Under the so-called Dublin Regulation, asylum seekers like Hamid can be removed to EU countries they passed through on their journey to the UK.
In fear for their lives, last month detainees at Brook House Immigration Removal Centre – some who have now been split up between different hotels and some who are still detained at the centre – led a hunger strike against their deportation.
In September, the deportation of 20 asylum seekers was blocked by a high court judge just hours before a charter flight was due to take them to Spain. The ruling came after another group of deportees were left destitute on the streets of Madrid, with the judge ordering that the flight could not go ahead if the asylum seekers could face a similar fate.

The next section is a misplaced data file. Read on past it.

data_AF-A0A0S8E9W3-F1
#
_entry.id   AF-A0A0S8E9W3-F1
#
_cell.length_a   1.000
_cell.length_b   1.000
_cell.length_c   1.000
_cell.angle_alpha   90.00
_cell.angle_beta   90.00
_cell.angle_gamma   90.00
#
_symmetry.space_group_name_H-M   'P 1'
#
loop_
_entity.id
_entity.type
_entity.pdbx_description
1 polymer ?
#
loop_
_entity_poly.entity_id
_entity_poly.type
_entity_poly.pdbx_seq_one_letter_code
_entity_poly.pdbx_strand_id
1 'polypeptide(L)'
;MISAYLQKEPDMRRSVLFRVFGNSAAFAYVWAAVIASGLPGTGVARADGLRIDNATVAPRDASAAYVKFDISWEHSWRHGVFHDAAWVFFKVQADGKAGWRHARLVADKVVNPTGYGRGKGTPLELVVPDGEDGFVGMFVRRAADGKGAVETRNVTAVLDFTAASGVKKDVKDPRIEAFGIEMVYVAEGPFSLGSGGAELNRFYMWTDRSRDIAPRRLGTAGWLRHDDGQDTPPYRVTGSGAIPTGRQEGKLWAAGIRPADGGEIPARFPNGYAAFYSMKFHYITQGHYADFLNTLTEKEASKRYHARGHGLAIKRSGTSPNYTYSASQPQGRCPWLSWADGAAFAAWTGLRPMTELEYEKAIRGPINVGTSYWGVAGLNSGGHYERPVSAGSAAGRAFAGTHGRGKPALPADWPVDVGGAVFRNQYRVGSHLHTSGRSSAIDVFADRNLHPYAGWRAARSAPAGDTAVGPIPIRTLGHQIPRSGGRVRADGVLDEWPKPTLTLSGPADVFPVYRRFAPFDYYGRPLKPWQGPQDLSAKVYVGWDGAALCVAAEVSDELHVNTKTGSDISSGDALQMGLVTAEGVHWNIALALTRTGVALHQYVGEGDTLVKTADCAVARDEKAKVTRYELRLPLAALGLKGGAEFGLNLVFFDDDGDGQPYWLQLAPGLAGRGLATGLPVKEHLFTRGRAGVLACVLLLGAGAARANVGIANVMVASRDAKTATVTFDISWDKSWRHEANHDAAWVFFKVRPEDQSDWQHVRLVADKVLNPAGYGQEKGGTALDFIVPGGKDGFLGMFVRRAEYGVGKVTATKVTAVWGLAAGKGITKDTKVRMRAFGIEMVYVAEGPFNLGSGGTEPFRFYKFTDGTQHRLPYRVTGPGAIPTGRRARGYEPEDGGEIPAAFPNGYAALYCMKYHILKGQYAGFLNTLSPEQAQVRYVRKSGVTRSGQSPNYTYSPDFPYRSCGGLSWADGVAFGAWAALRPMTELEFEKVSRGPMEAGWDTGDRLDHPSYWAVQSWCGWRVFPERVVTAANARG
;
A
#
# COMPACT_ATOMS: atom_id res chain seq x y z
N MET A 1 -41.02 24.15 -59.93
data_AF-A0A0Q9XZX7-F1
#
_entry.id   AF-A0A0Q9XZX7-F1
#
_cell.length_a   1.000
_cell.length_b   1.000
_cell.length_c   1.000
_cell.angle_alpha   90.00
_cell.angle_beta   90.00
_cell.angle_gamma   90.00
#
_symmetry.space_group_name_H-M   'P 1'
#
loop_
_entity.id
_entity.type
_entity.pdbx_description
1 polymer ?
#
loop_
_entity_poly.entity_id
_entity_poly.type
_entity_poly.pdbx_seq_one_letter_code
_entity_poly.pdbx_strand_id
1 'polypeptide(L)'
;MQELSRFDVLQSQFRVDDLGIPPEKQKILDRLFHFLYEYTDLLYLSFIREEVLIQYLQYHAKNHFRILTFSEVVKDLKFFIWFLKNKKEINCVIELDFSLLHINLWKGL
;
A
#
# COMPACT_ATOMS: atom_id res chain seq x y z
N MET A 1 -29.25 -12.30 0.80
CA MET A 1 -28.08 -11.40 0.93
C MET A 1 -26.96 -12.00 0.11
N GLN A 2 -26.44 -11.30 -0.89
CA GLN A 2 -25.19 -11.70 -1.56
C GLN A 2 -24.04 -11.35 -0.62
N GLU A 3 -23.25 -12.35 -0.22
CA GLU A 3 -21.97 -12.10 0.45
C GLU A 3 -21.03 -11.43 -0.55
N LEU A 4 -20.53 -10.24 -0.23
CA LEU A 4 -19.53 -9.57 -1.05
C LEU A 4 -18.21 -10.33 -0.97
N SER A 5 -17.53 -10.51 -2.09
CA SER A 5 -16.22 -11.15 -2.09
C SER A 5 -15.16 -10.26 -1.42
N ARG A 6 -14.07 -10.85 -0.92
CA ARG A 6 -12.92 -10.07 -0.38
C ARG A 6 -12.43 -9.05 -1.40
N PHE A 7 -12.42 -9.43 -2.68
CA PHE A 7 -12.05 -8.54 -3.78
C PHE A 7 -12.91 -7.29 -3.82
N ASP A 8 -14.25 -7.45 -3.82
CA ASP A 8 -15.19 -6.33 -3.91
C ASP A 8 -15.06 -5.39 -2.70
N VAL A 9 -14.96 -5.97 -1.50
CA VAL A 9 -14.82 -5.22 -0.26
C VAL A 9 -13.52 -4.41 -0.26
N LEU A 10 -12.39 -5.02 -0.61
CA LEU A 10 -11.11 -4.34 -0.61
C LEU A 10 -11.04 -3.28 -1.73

For Hamid, who was forcibly fingerprinted in Spain and will likely be returned there if removed, this is his biggest fear.
“Maybe I will beg, to have food, because I can’t work in Spain, I’m not allowed to work. I don’t speak Spanish, the government will not support me, I know that,” says Hamid.
“Maybe I will die, I don’t know. Maybe the gangs will ask me to work [with them] for free or for a little bit of money. I don’t know what will happen to me. God only knows. I will live a rough life.”
*Names have been changed to protect anonymity.
Matthew Ponsford is a journalist who has written for Thomson Reuters, Financial Times Weekend, BBC, Deutsche Welle, New Internationalist, and The Guardian.